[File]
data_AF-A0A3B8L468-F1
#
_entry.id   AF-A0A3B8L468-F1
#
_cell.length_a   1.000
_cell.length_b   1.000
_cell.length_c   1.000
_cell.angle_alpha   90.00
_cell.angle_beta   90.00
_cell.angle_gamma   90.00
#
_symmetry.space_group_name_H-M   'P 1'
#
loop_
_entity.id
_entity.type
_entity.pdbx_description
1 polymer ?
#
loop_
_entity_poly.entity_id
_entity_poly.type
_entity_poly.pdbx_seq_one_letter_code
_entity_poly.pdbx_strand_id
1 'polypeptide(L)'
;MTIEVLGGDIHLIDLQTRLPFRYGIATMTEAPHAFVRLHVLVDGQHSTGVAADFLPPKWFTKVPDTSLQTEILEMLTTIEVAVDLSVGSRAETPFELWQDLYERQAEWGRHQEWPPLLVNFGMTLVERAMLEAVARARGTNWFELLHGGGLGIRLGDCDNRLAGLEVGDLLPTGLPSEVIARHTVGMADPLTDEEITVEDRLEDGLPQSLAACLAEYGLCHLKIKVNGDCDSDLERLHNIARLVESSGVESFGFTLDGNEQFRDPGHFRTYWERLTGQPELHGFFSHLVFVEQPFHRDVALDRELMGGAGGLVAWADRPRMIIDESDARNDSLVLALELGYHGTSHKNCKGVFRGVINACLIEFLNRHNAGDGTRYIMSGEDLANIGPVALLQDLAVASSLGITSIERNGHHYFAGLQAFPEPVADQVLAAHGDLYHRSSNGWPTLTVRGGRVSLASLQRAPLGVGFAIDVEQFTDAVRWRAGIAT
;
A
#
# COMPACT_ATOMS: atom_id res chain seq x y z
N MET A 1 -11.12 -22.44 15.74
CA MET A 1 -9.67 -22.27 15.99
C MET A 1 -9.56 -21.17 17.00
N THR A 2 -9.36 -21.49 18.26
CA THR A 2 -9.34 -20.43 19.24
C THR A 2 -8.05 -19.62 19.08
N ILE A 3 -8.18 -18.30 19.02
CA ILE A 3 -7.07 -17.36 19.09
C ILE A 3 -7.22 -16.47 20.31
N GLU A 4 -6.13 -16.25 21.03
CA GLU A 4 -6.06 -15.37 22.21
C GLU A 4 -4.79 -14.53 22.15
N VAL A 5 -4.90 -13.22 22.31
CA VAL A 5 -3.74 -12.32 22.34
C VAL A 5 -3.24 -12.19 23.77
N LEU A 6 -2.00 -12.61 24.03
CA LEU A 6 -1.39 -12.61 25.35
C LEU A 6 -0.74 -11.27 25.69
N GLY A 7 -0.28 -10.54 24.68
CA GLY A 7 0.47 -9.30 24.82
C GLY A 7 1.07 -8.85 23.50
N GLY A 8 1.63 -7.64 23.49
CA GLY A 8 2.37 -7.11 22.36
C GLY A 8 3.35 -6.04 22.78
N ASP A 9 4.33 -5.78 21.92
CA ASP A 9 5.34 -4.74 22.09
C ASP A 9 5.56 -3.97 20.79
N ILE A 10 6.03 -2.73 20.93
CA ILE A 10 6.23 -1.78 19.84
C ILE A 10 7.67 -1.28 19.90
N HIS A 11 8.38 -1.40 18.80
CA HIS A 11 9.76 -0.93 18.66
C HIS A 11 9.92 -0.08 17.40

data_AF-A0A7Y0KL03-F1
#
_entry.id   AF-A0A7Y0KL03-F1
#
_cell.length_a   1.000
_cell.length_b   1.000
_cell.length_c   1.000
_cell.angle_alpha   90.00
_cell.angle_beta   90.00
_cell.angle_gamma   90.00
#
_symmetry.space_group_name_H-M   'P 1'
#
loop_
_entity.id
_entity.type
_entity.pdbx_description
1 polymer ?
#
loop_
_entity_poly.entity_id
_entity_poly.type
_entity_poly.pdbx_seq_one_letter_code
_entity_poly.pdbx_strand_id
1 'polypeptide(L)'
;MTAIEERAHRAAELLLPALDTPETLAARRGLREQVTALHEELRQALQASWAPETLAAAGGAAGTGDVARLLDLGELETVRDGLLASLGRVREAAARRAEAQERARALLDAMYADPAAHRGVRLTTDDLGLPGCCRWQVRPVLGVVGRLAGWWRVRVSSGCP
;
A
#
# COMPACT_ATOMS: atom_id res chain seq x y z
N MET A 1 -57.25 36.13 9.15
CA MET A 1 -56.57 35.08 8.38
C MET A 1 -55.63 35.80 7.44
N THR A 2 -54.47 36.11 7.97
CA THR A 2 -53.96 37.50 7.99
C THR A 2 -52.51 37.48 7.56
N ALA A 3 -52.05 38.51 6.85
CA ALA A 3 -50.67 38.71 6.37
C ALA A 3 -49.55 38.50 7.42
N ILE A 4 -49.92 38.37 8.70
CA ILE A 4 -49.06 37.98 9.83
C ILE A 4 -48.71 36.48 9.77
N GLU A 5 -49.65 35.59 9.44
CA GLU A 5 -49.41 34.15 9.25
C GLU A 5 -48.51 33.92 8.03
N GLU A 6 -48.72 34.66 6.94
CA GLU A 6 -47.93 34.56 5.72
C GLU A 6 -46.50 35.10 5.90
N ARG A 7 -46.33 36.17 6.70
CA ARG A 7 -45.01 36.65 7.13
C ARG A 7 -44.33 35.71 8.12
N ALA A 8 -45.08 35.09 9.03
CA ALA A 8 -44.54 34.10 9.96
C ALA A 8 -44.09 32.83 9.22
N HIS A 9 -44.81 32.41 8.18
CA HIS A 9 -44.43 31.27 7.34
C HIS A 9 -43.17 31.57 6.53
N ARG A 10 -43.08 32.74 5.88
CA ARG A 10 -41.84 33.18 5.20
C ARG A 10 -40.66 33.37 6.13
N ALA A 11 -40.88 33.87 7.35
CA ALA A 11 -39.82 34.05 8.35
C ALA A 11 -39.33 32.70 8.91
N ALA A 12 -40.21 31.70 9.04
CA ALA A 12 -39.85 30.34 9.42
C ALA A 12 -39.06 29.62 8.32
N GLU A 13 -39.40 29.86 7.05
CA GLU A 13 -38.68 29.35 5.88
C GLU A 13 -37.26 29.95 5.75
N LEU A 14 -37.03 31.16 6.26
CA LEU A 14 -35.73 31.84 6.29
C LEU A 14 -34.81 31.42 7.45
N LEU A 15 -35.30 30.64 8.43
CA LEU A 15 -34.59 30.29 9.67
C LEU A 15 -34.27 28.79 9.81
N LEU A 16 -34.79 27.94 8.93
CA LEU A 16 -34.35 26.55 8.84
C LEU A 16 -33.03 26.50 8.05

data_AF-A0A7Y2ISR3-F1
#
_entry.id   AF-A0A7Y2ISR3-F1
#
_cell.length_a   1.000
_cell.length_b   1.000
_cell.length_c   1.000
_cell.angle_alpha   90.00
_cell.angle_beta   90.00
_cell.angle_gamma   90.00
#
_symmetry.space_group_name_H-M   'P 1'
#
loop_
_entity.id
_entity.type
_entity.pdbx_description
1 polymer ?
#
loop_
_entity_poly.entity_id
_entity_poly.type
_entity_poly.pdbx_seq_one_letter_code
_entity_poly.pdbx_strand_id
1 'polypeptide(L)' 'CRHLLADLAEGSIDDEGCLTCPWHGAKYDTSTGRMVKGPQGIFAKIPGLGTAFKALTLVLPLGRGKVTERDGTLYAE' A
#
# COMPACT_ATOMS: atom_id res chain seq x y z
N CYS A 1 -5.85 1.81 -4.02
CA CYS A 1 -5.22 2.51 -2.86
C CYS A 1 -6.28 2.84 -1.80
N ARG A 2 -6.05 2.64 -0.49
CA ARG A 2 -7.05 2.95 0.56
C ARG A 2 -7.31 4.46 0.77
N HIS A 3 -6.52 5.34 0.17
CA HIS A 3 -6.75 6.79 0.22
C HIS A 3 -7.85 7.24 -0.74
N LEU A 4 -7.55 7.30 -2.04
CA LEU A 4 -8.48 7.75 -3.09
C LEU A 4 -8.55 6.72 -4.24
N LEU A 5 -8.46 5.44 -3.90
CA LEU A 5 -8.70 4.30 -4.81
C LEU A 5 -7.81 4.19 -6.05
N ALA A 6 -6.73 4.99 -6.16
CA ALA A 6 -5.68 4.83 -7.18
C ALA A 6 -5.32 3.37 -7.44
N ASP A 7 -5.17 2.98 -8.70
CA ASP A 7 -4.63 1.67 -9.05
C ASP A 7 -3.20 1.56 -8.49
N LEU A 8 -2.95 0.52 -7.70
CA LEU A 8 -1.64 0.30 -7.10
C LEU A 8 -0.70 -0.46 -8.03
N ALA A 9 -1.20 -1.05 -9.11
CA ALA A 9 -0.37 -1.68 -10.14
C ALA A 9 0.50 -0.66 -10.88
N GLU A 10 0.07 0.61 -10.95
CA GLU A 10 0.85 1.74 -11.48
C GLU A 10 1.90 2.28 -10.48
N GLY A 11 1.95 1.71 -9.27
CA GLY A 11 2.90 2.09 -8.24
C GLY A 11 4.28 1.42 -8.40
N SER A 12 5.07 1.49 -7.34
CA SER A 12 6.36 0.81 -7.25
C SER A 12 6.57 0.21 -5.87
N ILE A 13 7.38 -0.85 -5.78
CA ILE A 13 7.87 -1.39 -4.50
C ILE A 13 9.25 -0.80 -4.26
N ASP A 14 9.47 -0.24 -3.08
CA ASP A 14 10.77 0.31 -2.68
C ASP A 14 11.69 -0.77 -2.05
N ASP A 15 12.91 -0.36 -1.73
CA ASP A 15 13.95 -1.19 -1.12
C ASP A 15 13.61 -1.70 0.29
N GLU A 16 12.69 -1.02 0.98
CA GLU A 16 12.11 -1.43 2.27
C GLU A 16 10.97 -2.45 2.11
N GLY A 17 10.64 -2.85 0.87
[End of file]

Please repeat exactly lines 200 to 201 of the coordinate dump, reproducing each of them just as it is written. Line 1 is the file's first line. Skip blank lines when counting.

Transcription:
CA GLY A 11 2.90 2.09 -8.24
C GLY A 11 4.28 1.42 -8.40